Welcome to ‘Don Cherry confused me’, a new Sunday-morning feature that will chronicle the silly things that Don Cherry says the night before on Coach’s Corner. The feature will focus on Cherry’s out-dated focus on the game and attempt to get him to understand that things happen in hockey a little bit differently than he remembers them.
“Anyway, Vancouver. Everybody is after Vancouver. I mean, and I saw something on television that I couldn’t believe. It had every bad headline that was in the paper from the playoffs back, it was unbelievable how bad Lalongo is. It’s always Lalongo’s fault, it’s always the goaltender’s fault.”
“First of all, I don’t think Vancouver’s paying the price and I can prove it. When you want to win, you want to pay the price and blocking shots. Everybody else likes to score goals and have fun, even fighting, but blocking shots, you have to pay the price.”
I’m not sure what game Don Cherry thinks he comments about, but to win games, you want to do the exact opposite of blocking shots, as in, make the other team block shots.
Blocked shots is often passed off as a measure of defense (I once saw a guy ask why everybody thought Detroit was such a good defensive team if they didn’t block so many shots) but the best indicator of team defense is Goals Against. Not blocked shots. The teams that block the most shots also allow the most shots through, and the most goals.
Last season, the Vancouver Canucks led the NHL with a 2.20 goals against average. They also blocked 1071 shots, fewer than just New Jersey, Detroit, Nashville, Los Angeles and Phoenix. All of those teams save New Jersey were playoff teams, and the Devils were right in there until season’s end.
Meanwhile, the teams that blocked the most—the New York Islanders and Toronto Maple Leafs, finished below all five of the “worst” shot-blocking teams in the standings.
Blocked shots is a point of contention among the more traditional viewpoints of hockey and the newer, more advanced. It upsets the conventional view of a warrior player throwing his weight in front of a hard blast from the point, or holding his ground in the slot and letting a forward’s shot bounce off their shin pads. There is a talent in shot blocking, sure, but your team wants to be the team that makes the other guys block shots.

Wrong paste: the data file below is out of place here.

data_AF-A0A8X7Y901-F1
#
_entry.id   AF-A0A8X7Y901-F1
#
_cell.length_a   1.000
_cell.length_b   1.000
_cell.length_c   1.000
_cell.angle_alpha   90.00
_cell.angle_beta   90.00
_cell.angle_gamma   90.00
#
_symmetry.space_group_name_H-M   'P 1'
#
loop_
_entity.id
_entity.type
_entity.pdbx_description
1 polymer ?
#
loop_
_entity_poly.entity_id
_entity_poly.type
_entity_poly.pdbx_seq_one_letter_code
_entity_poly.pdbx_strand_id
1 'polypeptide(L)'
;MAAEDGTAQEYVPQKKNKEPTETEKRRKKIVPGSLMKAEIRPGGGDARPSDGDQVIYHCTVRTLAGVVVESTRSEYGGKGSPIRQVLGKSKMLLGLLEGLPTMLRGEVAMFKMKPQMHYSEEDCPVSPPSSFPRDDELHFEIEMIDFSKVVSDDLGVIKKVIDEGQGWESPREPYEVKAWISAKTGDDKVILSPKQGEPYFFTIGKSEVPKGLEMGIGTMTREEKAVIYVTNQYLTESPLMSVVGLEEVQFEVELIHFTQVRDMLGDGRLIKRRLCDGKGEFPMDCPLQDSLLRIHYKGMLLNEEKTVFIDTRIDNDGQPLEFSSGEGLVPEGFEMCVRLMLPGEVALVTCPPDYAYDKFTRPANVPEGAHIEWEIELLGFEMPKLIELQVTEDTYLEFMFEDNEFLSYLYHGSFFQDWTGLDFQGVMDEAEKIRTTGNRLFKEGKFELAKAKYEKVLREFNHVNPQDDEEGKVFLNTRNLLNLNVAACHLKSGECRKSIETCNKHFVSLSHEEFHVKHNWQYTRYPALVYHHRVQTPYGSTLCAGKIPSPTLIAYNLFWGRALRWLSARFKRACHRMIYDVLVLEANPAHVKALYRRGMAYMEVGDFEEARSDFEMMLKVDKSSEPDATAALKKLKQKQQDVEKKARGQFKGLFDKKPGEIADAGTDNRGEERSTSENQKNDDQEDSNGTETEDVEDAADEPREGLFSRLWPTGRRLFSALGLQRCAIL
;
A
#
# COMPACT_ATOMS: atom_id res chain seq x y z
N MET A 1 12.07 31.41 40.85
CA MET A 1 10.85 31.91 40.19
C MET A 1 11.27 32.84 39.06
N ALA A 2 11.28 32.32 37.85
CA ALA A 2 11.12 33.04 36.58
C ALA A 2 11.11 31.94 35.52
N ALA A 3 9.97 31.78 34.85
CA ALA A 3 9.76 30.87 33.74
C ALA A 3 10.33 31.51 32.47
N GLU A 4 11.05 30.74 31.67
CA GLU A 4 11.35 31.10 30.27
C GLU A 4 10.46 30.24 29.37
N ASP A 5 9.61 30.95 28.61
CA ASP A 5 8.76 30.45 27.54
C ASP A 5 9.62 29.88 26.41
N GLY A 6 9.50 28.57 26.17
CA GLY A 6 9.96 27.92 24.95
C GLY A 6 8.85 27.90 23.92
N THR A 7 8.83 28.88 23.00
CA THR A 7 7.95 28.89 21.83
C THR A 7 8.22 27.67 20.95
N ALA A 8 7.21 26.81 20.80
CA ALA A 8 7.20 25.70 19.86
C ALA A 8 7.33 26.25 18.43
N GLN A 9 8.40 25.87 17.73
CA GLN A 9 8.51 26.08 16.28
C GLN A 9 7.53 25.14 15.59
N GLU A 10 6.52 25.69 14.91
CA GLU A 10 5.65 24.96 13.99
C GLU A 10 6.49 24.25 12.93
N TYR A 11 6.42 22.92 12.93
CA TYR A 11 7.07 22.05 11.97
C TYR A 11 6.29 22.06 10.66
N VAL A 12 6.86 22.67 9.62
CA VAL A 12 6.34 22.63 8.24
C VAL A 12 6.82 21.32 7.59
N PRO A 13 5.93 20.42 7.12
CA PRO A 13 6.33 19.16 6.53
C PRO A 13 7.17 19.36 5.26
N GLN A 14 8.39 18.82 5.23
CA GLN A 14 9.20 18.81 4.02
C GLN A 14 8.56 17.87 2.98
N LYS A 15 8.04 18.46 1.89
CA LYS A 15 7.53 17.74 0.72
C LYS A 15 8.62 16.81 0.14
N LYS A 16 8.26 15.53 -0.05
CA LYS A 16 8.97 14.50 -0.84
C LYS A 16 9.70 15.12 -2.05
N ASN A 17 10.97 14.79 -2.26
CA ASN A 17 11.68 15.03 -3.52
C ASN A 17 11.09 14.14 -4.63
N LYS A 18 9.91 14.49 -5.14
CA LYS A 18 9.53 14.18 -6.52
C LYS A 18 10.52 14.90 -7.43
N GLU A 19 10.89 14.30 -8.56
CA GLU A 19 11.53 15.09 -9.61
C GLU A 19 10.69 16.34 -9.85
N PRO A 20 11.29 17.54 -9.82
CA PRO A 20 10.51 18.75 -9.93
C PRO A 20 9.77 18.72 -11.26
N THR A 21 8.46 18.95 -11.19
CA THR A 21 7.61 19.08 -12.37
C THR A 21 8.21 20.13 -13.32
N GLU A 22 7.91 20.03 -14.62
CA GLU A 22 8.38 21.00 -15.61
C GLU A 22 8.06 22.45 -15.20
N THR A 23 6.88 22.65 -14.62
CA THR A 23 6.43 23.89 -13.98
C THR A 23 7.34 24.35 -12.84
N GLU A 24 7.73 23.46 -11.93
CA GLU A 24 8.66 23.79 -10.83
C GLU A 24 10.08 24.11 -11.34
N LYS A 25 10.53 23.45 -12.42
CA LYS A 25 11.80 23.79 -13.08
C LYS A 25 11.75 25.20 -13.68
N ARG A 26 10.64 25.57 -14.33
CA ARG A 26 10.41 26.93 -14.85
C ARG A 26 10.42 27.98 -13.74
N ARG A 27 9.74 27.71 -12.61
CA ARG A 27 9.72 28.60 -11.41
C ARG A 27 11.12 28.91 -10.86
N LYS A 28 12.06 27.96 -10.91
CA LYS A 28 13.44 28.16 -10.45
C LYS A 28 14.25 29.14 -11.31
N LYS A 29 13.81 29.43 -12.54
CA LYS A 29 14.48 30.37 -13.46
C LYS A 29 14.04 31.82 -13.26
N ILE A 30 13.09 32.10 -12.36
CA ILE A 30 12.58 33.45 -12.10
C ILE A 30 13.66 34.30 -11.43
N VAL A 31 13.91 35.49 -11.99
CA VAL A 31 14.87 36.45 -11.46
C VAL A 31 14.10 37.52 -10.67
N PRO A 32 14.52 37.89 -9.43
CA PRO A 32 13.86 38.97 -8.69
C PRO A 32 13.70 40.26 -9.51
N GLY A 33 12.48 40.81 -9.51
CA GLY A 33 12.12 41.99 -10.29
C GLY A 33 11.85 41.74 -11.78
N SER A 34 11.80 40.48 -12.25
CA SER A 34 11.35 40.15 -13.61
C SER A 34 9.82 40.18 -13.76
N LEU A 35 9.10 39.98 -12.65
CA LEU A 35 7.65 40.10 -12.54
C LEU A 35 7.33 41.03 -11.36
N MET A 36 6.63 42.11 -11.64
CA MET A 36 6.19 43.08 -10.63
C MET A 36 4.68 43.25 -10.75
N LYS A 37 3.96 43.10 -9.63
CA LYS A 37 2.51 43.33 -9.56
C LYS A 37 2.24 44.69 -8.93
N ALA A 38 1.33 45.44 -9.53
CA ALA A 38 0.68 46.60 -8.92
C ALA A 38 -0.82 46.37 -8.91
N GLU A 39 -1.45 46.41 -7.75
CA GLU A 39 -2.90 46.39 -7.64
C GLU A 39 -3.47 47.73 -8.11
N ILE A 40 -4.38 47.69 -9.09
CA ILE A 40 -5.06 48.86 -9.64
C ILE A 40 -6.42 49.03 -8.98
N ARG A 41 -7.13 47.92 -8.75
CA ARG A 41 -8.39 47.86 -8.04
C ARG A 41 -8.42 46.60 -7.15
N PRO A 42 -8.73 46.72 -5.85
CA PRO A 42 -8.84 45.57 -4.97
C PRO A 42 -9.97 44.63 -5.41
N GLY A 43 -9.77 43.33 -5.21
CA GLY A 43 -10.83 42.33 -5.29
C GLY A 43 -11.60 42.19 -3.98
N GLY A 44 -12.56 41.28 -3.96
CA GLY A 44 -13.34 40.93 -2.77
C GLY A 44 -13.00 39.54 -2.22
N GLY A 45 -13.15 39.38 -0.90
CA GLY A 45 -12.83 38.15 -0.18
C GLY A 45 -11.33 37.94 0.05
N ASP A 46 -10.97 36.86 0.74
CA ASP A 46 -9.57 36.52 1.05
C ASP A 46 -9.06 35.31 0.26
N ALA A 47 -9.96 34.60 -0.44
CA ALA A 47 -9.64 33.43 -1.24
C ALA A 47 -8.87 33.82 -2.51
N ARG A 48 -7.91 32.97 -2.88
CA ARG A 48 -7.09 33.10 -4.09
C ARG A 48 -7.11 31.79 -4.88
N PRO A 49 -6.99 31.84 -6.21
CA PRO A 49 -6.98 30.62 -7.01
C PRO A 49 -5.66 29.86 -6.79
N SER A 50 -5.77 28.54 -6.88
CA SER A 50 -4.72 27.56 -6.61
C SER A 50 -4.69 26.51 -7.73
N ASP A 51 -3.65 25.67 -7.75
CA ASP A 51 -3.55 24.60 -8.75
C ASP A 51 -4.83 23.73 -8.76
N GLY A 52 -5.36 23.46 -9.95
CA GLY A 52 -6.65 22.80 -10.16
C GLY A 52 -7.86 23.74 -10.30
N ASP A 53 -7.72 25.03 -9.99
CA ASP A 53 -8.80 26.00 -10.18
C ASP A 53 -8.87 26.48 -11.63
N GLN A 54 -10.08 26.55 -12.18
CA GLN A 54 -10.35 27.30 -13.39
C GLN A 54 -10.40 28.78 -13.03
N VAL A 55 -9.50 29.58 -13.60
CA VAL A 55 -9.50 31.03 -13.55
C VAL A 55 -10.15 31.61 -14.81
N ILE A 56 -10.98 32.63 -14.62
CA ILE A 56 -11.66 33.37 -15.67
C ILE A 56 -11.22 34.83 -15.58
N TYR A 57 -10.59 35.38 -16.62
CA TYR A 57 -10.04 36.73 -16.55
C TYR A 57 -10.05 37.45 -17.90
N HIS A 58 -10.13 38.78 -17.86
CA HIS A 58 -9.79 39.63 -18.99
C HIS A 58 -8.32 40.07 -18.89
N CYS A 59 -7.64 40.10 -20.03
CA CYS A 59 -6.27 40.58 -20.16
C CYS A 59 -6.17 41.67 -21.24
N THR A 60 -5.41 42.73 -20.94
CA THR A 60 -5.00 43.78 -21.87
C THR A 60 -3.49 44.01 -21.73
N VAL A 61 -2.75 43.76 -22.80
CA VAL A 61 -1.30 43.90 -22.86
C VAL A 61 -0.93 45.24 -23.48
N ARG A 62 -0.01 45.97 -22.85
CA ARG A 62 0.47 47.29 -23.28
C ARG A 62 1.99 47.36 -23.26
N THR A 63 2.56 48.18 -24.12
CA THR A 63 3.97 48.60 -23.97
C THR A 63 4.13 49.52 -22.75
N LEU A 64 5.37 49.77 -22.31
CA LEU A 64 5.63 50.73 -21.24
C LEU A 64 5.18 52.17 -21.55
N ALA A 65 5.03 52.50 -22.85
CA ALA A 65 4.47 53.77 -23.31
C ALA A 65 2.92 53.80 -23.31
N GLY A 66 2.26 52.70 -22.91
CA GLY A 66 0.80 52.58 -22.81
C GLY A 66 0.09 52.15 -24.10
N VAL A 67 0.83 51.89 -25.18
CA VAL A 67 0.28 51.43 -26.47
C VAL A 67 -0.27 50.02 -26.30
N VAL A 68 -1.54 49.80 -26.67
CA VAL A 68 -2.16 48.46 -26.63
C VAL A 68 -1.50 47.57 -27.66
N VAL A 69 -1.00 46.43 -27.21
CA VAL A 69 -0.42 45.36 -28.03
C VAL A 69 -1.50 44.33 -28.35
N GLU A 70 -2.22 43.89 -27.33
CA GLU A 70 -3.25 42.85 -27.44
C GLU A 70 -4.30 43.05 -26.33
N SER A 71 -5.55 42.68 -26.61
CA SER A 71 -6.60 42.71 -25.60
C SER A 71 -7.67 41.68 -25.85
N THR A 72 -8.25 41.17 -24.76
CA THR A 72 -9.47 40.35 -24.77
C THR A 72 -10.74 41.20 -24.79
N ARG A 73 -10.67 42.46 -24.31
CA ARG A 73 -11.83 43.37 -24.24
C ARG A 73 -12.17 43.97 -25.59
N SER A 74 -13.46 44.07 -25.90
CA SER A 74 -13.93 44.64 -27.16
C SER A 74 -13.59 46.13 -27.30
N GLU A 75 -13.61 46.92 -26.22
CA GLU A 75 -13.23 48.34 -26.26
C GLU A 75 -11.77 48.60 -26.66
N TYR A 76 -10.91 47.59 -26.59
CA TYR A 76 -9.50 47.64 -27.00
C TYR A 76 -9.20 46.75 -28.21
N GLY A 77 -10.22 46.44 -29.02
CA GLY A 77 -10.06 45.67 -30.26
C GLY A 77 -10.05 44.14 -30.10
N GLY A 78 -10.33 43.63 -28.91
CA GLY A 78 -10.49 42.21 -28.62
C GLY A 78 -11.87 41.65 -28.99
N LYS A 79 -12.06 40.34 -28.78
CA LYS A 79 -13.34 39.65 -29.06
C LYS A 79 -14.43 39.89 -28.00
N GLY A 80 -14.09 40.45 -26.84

Ottawa GM Bryan Murray mentioned it when he signed Sergei Gonchar in lieu of Anton Volchenkov. “I would like to block shots, but I would like the other team to block shots.” His error in judgment was not in that statement, but assuming that Gonchar was a player who influenced positive possession. Your best players are the ones who influence that possession, and not the ones who take it on the chin; the Ryan Johnsons of the world, per se.
What else, Grapes?
“I’ll give you an example: They played Edmonton. Edmonton had 31 blocked shots and I think they had 11. Well you’re going to say ‘they had more shots at ’em’ and I think it’s the way it goes, in ten games they’ve only had 84 blocked shots, and the other teams against them have had 164.”
Congratulations Don, you’ve discovered score effects.
The Canucks have been losing many of these games, or down by a goal, and that means that more pucks are going to be directed at the other team’s net than their own. I’d argue that having 164 shots blocked against 84 is a pretty good ratio.
It makes me wonder if Don is going to exhaustively research this data once the Canucks’ percentages turn around and they’re winning games. Against Washington, the Capitals blocked 18 shots and the Canucks just 6. The Canucks also fired 69 pucks towards the net while the Capitals just 46. Which number is more important?